High Superheat Normal Subcooling: High CFMs Or Excessive Heat Load

“Subcooling is normal, but I get high superheat. What is causing this? How can I fix high superheat normal subcooling?”

This is quite a common air conditioner issue. Namely, we can find cases of high superheat normal subcooling by:

  1. Looking at every culprit that causes high superheat here.
  2. Removing the culprits that cause high or low superheat here (since we have normal subcooling).
high superheat normal subcooling explained
We have to check for culprits that increase superheat (high superheat) but do not change subcooling (normal subcooling).

Here’s the short summary. High superheat can be caused by (the culprits that at the same time cause low or high subcooling are crossed out):

  1. Low refrigerant charge.
  2. Restriction in the liquid line.
  3. Too high indoor CFMs.
  4. Too high indoor heat load.
  5. Underfeeding metering device (TXV, piston).

Now, some of these culprits will also result in high or low subcooling. Here are the culprits for non-normal subcooling:

  1. Low refrigerant charge (low subcooling) or high refrigerant charge (high subcooling).
  2. Metering device underfeeding (high subcooling) or overfeeding (low subcooling).
  3. Restriction in the liquid line (high subcooling).
  4. Poor compression (low subcooling).

Example: Low refrigerant charge causes high superheat, but it does not cause high superheat normal subcooling. That’s because low charge results in high superheat AND low subcooling (we have covered this in high superheat low subcooling issues here).

We are left with only 2-3 culprits that can actually cause both high superheat and normal subcooling. These are:

  1. Too high indoor CFMs.
  2. Too high indoor load.
  3. Faulty measurement.

Let’s look at all these 3 causes of high superheat normal subcooling in turn (one-by-one), and how to fix this issue:

1. High Superheat Normal Subcooling Caused By Excessive Indoor CFMs (Airflow)

Here’s how normally operating AC should perform:

The metering device feeds saturated refrigerant (liquid + vapor) into the evaporator coil. The warm indoor air is being passed over the evaporator coils (by the indoor air handler fan; unit of airflow is expressed as CFM or Cubic Feet per Minute). The liquid refrigerant absorbs this heat, and is turned into 100% vapor. That vapor then increases in temperature up to target superheat temperature.

Now, if the indoor air handler fan produces an excessively big airflow over evaporator coils, the refrigerant will have to absorb more heat, resulting in high superheat.

excessive airflow over evaporator coils can cause high superheat normal subcooling
Indoor air handler fan spinning too fast can cause high superheat, but it doesn’t have effect on subcooling.

Quite importantly, this does not affect the subcooling. Hence we will get normal subcooling, but high superheat due to indoor airflow excess.

Here’s how to fix high superheat normal subcooling caused by high indoor CFMs:

First of all, you can reduce indoor airflow by setting the indoor air handler on a lower fan speed setting. In most cases, you will have High/Medium/Low setting. Switch from the High setting to the Medium or Low setting, and check if the high superheat normalizes.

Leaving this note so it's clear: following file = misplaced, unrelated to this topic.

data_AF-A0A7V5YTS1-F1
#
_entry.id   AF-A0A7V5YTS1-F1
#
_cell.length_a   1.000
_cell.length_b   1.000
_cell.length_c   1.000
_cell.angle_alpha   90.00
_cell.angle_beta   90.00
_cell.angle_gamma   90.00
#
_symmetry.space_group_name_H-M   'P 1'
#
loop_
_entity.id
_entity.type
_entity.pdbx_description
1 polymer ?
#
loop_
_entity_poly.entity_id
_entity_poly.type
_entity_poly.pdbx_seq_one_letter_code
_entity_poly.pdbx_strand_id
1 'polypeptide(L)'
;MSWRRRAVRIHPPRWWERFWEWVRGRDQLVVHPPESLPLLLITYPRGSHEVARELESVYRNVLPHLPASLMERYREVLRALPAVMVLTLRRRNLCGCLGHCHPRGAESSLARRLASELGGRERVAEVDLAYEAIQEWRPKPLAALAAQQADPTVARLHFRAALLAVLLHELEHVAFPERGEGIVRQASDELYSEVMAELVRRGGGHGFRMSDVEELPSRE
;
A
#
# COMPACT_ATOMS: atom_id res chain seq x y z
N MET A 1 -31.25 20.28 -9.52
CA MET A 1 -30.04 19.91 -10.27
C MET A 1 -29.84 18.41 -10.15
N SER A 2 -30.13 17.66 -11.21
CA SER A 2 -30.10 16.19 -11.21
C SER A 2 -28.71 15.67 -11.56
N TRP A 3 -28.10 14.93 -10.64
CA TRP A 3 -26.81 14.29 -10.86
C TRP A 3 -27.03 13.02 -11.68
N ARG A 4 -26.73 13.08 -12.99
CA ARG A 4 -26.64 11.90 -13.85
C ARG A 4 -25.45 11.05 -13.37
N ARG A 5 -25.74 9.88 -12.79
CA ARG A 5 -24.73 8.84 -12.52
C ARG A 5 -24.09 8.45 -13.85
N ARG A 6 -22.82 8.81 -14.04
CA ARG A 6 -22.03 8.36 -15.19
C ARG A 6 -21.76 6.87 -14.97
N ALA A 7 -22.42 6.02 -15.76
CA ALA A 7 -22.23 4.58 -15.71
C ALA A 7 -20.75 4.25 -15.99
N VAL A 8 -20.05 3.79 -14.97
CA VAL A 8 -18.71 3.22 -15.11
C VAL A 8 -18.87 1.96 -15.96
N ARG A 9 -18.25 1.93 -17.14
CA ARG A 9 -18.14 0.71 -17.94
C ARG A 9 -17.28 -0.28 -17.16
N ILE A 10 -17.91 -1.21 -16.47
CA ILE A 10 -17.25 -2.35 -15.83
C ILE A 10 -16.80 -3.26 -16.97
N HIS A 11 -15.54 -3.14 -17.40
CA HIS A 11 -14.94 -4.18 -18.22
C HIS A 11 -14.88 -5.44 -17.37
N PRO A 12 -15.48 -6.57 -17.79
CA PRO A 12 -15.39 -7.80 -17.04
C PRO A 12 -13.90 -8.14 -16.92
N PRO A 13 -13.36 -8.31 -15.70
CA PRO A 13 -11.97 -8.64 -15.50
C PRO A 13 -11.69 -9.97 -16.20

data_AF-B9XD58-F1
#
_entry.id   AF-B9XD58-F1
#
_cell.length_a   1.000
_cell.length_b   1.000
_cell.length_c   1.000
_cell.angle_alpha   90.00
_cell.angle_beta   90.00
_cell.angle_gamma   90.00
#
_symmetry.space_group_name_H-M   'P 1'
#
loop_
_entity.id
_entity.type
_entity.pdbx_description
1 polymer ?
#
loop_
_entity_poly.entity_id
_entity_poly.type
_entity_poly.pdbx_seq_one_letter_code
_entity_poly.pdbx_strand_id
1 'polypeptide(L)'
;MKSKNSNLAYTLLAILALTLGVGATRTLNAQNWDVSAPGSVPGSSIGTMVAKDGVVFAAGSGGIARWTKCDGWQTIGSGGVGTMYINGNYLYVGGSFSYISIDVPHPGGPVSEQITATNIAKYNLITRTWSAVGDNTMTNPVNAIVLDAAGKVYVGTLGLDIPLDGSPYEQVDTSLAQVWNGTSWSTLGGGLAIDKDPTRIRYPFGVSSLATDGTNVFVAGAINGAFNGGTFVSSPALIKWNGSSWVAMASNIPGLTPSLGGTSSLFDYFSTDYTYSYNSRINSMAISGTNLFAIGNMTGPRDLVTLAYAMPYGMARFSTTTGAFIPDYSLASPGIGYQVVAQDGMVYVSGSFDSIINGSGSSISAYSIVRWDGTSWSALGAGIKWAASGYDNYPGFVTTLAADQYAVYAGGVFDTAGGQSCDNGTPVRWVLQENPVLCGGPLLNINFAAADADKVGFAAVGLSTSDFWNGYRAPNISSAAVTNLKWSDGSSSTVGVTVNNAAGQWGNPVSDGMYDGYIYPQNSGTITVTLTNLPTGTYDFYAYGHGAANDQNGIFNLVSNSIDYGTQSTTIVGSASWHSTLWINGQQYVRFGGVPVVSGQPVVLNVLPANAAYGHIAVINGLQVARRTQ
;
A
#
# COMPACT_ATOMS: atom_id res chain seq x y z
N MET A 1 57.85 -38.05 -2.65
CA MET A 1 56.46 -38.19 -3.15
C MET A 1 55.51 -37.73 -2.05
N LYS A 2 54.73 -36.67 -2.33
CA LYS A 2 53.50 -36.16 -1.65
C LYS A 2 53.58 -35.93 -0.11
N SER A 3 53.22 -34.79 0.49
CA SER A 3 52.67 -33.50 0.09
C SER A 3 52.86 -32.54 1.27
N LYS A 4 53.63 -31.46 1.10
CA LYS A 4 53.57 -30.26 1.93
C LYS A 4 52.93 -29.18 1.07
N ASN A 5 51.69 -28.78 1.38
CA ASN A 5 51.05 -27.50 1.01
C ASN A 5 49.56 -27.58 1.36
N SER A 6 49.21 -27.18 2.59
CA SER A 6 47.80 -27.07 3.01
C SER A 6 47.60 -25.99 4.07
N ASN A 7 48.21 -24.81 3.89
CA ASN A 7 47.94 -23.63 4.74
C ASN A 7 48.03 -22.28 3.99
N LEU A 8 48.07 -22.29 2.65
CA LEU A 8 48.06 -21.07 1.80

If the superheat comes back down to the normal target superheat temperature, you know you have an excessive indoor CFMs problem, and you should check the fan motor.

Why is the indoor fan motor spinning too fast and producing too much airflow?

There are quite a few reasons why this might happen. If you detect excessive indoor airflow, you should call an HVAC technician. He or she will check what is causing the excessive airflow, and maybe change the motor, the capacitors, and so on.

If this doesn’t help, you might be experiencing high superheat normal subcooling due to excessive load (very easy to fix):

2. High Superheat Normal Subcooling Caused By Excessive Indoor Heat Load

This is the situation where the indoor airflow (CFMs) is adequate, but the indoor temperature is too high for the AC to handle. For example, if the indoor temperature is 80°F, we will get normal superheat. If, however, we have a very high 90°F indoor temperature, the superheat can move into high superheat.

Even at very high indoor temperatures, the subcooling should stay normal. That’s how we get high superheat normal subcooling due to excessive indoor heat load.

Here’s how to fix it:

In most cases, you don’t have to do anything. Yes, you might have high superheat normal subcooling now, but when the indoor temperature is decreased (due to AC operation), you will see high superheat slowly transition to normal superheat.

We can get these high indoor heat loads if we have a very high indoor temperature if you are operating several high-wattage appliances (kitchen appliances, washing machine, etc.), or simply if you have a party and all those people are generating heat, the AC unit cannot handle properly.

It is quite normal to see a slight elevation of superheat on very hot days (100°F or more days).

3. Faulty Superheat Measurement

In very limited cases, we can attribute high superheat normal subcooling to human error. Namely, you should redo your superheat measurement. If in doubt, you should follow this 10 step-by-step guide on how to measure superheat, and then use this formula to calculate superheat.

Overall, the high superheat normal subcooling is mostly caused by excessive indoor airflow (CFMs) or excessive indoor heat load (high indoor temperature).

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